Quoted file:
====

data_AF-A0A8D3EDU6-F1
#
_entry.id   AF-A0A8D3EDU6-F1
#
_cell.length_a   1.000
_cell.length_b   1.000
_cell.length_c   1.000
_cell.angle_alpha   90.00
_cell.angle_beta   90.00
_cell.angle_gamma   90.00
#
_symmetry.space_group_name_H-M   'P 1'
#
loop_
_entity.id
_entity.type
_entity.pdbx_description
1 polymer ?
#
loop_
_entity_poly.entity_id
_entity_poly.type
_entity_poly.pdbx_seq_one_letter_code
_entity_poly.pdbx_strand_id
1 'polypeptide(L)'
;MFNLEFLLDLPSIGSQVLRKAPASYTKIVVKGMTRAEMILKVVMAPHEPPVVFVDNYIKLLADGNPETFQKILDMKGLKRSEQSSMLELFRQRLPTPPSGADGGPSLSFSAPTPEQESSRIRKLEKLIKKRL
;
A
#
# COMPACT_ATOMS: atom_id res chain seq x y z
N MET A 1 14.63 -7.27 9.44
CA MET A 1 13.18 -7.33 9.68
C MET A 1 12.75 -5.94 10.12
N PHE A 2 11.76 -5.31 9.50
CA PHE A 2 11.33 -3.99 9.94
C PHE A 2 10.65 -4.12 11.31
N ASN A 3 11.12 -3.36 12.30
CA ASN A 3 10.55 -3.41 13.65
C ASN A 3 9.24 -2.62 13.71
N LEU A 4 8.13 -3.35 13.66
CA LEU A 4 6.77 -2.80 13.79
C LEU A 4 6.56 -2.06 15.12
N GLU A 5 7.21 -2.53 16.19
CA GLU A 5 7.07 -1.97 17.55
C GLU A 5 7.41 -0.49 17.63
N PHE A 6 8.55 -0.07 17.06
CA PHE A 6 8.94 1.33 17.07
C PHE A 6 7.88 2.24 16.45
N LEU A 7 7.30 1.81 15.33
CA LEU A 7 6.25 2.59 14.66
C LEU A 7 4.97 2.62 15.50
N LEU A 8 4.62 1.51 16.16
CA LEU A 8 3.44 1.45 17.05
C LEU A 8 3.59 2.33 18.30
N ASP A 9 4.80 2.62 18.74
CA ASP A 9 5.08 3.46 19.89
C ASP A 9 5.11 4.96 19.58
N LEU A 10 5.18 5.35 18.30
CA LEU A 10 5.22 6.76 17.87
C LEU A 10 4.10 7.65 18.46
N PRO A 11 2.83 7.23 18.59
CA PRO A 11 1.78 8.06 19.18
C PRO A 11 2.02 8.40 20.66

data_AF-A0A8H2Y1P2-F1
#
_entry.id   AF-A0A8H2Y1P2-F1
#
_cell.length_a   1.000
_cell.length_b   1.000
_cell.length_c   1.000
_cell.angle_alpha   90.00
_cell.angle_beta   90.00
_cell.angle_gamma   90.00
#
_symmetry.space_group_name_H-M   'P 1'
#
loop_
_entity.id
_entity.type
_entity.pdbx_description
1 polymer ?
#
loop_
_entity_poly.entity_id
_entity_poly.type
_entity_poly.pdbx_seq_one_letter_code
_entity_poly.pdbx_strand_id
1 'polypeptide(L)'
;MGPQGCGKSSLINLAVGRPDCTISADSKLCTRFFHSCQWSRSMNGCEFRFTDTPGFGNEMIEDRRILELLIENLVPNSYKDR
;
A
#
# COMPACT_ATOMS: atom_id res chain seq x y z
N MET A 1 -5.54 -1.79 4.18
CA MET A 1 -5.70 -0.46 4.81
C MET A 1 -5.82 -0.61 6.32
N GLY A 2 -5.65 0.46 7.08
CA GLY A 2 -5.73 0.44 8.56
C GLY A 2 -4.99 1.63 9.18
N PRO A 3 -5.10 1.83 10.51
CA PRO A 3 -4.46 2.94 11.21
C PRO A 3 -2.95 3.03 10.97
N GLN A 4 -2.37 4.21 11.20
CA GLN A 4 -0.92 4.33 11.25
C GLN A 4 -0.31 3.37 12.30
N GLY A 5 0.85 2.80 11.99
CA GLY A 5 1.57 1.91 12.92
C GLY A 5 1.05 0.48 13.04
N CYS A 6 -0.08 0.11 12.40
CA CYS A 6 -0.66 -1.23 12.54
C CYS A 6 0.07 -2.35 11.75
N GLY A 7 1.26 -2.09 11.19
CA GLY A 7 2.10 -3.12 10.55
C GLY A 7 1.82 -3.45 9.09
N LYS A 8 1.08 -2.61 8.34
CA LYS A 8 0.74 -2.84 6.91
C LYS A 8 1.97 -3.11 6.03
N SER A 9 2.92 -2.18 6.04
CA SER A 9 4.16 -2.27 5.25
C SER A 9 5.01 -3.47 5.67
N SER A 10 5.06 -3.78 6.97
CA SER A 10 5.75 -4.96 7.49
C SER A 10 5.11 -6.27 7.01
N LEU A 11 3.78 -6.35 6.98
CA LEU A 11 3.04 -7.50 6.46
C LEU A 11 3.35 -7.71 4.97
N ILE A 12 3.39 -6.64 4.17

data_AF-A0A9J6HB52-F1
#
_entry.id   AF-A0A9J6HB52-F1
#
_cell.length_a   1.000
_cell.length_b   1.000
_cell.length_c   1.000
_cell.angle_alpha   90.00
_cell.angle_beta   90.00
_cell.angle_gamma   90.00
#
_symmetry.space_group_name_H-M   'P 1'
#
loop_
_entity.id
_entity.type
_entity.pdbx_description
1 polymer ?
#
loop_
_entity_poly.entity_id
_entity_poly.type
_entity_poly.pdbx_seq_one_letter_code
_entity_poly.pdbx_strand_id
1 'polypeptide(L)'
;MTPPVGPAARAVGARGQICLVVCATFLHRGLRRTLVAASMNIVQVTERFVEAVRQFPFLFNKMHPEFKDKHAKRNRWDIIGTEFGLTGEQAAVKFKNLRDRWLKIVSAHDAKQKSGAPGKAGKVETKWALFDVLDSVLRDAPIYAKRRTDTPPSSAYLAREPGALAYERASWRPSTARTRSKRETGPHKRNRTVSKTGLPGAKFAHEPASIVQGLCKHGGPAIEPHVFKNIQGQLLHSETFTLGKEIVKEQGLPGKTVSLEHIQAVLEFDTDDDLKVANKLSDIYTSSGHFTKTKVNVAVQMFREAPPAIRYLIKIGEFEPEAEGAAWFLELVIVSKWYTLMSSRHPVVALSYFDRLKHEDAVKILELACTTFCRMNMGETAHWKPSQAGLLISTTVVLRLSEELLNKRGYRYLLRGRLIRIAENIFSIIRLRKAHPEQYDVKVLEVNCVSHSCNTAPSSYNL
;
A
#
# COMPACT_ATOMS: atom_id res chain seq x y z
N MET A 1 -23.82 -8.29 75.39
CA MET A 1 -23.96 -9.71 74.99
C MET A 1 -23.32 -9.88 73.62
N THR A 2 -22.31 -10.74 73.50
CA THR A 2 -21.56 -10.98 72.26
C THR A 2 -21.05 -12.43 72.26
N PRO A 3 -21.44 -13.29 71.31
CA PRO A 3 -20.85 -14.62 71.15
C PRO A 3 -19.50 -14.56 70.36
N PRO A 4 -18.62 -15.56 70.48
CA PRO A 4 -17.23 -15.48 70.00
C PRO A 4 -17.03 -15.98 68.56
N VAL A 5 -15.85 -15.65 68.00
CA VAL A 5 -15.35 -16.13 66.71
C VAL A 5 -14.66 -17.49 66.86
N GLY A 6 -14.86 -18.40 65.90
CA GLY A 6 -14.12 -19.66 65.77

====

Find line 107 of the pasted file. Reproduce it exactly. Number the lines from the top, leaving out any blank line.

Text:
CA GLY A 5 1.57 1.91 12.92